U.K. singer-songwriter and former "X-Factor" contestant Rebecca Ferguson announced Monday that she would only accept an invite to play Donald Trump's presidential inauguration if she was permitted to perform a rendition of the song "Strange Fruit."

While Trump has yet to respond to the British star, the tune, which was named "song of the century" by TIME magazine in 1999, could breed controversy among the Republican president-elect and his allies accused of supporting racially polarizing policies. That's because "Strange Fruit," made famous by Billie Holiday, comes from a Great Depression-era poem penned in protest of the deadly white-on-black violence that plagued the nation at the time.

It's estimated that about 3,445 black people were lynched between 1882 and 1968, though the story of this particular piece begins with one photograph and a communist Jewish schoolteacher from New York City.

Abel Meeropol was teaching English at Dewitt Clinton High School in the 1930s when he saw a photograph that shook him deeply, according to NPR. The picture showed two black men who had been hanged from a tree by an angry mob in Marion, Indiana.

The men were accused of killing a white factory worker during an armed robbery and raping his female companion. Before the pair faced trial or any evidence was produced, however, they were abducted by a crowd of angry white locals who stormed the police station and killed them.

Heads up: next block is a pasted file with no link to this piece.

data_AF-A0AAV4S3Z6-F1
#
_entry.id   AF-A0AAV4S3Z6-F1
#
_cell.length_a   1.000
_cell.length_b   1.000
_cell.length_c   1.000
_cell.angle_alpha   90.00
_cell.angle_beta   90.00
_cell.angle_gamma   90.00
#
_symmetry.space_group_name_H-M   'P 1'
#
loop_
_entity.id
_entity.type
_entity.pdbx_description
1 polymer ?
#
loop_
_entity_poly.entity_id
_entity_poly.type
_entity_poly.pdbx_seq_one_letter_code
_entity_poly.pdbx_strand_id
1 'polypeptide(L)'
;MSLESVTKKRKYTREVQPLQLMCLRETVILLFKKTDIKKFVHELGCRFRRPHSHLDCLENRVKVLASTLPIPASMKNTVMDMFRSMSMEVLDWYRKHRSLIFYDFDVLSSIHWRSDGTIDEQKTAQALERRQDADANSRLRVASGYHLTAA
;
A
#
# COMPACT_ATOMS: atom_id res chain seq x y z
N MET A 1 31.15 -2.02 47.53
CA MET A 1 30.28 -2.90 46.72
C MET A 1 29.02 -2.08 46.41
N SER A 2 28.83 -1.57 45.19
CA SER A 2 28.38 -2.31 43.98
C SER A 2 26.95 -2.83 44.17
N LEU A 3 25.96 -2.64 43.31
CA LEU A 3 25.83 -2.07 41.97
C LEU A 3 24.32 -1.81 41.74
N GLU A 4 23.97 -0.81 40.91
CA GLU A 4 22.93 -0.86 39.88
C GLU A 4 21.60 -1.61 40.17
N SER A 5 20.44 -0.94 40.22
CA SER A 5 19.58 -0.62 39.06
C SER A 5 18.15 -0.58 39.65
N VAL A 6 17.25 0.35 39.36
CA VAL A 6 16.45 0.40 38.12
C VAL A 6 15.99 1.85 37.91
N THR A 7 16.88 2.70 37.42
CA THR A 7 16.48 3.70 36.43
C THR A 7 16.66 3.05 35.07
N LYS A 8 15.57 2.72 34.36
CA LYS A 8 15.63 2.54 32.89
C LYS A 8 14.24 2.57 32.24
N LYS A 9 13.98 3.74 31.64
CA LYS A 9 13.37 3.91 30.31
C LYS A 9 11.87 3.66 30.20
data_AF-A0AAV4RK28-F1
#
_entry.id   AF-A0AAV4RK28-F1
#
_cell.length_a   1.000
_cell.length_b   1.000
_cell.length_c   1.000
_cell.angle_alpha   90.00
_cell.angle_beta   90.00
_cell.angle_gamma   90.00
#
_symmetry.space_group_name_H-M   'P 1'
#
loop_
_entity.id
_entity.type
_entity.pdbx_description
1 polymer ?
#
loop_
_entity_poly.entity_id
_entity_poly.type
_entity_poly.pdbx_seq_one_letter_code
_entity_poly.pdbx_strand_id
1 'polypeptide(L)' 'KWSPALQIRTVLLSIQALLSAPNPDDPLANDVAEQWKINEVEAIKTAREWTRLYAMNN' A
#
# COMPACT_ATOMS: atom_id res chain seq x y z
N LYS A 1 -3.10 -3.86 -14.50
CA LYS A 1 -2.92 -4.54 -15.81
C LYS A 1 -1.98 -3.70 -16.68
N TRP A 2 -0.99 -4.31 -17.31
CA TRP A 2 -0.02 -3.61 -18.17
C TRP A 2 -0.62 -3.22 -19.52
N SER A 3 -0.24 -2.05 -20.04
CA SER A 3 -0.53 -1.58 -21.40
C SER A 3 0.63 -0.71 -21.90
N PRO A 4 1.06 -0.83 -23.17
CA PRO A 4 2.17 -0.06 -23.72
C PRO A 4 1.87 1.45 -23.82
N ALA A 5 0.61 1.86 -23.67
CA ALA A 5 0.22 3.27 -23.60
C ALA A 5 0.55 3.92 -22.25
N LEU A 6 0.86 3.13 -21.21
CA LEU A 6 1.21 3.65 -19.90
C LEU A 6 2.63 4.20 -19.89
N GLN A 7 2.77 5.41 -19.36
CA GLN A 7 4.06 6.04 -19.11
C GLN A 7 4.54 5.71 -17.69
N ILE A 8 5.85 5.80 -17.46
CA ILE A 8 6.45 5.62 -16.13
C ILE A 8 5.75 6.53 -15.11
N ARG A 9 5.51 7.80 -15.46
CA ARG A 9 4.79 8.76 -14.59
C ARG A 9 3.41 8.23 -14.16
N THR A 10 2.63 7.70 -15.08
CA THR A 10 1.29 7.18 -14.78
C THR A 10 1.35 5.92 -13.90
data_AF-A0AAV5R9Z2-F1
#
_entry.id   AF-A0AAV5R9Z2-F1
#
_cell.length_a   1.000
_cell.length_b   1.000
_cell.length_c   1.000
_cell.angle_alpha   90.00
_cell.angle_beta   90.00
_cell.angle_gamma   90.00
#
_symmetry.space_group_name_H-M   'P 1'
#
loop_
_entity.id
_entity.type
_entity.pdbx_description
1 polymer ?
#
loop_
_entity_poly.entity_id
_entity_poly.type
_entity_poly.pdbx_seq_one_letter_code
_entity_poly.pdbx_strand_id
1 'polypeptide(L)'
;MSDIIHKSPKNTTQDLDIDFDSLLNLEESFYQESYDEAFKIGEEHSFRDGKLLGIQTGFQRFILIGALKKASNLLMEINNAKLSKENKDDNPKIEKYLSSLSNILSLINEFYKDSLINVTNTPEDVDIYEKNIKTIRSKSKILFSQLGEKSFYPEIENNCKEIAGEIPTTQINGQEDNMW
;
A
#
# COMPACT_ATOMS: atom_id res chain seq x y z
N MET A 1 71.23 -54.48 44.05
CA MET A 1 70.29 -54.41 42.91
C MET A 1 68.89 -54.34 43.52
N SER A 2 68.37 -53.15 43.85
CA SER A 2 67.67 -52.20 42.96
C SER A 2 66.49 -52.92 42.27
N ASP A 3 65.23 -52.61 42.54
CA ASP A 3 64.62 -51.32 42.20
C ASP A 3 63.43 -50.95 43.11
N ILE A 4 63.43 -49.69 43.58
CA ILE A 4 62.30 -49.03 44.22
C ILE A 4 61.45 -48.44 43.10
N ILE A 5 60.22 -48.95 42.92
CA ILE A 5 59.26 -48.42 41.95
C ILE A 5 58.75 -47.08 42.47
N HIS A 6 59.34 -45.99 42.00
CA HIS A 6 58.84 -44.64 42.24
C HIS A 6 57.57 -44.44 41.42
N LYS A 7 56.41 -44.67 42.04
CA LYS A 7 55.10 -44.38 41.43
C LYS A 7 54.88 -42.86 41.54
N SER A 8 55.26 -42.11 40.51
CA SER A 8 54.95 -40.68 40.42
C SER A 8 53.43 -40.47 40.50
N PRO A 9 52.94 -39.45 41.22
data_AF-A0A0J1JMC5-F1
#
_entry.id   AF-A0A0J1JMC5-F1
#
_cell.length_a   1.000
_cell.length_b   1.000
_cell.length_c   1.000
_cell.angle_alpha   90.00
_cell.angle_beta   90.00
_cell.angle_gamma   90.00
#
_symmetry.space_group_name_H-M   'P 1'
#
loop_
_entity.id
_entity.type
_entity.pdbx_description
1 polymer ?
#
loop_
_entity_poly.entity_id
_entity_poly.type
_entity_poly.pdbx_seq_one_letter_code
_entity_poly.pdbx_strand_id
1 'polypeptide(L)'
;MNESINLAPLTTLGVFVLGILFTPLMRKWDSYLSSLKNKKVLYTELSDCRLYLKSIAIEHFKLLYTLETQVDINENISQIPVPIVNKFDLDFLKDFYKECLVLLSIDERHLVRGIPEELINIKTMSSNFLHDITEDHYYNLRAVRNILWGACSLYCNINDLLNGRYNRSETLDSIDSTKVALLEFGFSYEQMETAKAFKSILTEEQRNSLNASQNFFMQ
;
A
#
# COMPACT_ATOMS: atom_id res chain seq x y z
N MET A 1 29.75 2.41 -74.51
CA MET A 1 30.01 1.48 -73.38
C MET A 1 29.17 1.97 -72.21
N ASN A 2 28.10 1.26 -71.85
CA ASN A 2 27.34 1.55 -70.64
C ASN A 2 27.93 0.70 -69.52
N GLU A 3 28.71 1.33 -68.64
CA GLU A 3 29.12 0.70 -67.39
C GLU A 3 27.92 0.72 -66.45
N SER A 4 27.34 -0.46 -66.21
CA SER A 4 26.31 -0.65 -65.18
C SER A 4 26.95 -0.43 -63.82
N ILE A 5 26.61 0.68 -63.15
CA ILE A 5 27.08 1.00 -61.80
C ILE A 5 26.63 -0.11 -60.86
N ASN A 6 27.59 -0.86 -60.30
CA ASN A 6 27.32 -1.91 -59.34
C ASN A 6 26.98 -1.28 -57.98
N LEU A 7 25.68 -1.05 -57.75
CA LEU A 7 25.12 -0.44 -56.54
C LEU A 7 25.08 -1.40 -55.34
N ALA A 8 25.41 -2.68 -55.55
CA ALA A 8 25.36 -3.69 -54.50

The photo spread worldwide, and it inspired Meeropol to write "Strange Fruit" in 1937 under the pen name Lewis Allan. The song compared the haunting image of the men's bodies to scenes of nature.

Meeropol later composed a tune to accompany the lyrics and reportedly performed it for a club owner in New York, who then gave it to Holiday. Holiday, who faced racism throughout her career and whose own father died awaiting an operation in a blacks-only hospital ward in Dallas, began playing the song regularly. Her 1939 recording of "Strange Fruit" is credited with propelling the singer to fame, and even after the singer's early death, the song remained an influential anthem of the civil rights movement.

Meeropol, meanwhile, faced accusations that the song was communist propaganda. Meeropol quit the American Communist Party in 1945 but still managed to involve himself in another event of national importance: He and his wife, Anne, adopted and raised the children of Julius and Ethel Rosenberg, a husband and wife executed for espionage and sharing nuclear secrets with the Soviet Union.